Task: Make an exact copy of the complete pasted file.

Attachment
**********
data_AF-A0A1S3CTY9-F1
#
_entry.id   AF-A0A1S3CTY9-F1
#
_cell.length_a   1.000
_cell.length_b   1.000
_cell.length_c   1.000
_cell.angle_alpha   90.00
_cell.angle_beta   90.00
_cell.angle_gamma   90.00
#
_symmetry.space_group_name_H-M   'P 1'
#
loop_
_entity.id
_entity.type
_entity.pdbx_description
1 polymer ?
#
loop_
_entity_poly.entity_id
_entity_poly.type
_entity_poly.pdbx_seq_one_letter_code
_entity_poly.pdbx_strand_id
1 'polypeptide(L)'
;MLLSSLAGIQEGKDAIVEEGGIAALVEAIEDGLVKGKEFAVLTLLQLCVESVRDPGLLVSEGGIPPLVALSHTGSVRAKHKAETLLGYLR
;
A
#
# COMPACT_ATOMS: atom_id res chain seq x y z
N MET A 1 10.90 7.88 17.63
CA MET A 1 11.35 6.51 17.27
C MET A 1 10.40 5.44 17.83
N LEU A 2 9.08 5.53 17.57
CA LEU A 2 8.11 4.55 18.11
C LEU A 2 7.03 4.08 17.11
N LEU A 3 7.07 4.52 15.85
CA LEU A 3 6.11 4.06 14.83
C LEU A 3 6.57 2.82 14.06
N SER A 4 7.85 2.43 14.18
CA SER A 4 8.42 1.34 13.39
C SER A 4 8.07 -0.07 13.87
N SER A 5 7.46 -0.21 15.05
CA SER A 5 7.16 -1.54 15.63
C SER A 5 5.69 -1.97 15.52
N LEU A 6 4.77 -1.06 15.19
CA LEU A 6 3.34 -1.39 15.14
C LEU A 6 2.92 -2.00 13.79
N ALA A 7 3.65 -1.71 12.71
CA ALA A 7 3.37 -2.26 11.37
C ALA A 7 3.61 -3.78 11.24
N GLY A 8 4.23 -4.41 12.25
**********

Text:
data_AF-A0A1S3CTY9-F1
#
_entry.id   AF-A0A1S3CTY9-F1
#
_cell.length_a   1.000
_cell.length_b   1.000
_cell.length_c   1.000
_cell.angle_alpha   90.00
_cell.angle_beta   90.00
_cell.angle_gamma   90.00
#
_symmetry.space_group_name_H-M   'P 1'
#
loop_
_entity.id
_entity.type
_entity.pdbx_description
1 polymer ?
#
loop_
_entity_poly.entity_id
_entity_poly.type
_entity_poly.pdbx_seq_one_letter_code
_entity_poly.pdbx_strand_id
1 'polypeptide(L)'
;MLLSSLAGIQEGKDAIVEEGGIAALVEAIEDGLVKGKEFAVLTLLQLCVESVRDPGLLVSEGGIPPLVALSHTGSVRAKHKAETLLGYLR
;
A
#
# COMPACT_ATOMS: atom_id res chain seq x y z
N MET A 1 10.90 7.88 17.63
CA MET A 1 11.35 6.51 17.27
C MET A 1 10.40 5.44 17.83
N LEU A 2 9.08 5.53 17.57
CA LEU A 2 8.11 4.55 18.11
C LEU A 2 7.03 4.08 17.11
N LEU A 3 7.07 4.52 15.85
CA LEU A 3 6.11 4.06 14.83
C LEU A 3 6.57 2.82 14.06
N SER A 4 7.85 2.43 14.18
CA SER A 4 8.42 1.34 13.39
C SER A 4 8.07 -0.07 13.87
N SER A 5 7.46 -0.21 15.05
CA SER A 5 7.16 -1.54 15.63
C SER A 5 5.69 -1.97 15.52
N LEU A 6 4.77 -1.06 15.19
CA LEU A 6 3.34 -1.39 15.14
C LEU A 6 2.92 -2.00 13.79
N ALA A 7 3.65 -1.71 12.71
CA ALA A 7 3.37 -2.26 11.37
C ALA A 7 3.61 -3.78 11.24
N GLY A 8 4.23 -4.41 12.25